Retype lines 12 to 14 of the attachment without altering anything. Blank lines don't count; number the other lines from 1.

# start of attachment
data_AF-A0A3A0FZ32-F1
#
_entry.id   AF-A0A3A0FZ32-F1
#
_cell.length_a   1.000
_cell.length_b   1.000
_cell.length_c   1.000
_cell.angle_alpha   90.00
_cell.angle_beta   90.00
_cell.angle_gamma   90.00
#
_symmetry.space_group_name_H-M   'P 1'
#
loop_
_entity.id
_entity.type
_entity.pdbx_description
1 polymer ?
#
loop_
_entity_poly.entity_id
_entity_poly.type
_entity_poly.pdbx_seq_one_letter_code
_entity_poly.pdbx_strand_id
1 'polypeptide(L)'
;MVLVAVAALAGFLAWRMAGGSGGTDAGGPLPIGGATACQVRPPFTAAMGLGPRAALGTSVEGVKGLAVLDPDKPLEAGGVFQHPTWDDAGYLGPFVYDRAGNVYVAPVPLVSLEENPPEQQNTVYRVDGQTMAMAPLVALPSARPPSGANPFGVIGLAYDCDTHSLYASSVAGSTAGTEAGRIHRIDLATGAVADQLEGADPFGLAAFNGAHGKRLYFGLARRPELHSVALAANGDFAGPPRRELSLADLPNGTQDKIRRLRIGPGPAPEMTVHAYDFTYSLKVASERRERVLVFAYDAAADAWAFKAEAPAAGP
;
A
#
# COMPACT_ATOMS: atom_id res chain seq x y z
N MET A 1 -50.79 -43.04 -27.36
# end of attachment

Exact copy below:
_symmetry.space_group_name_H-M   'P 1'
#
loop_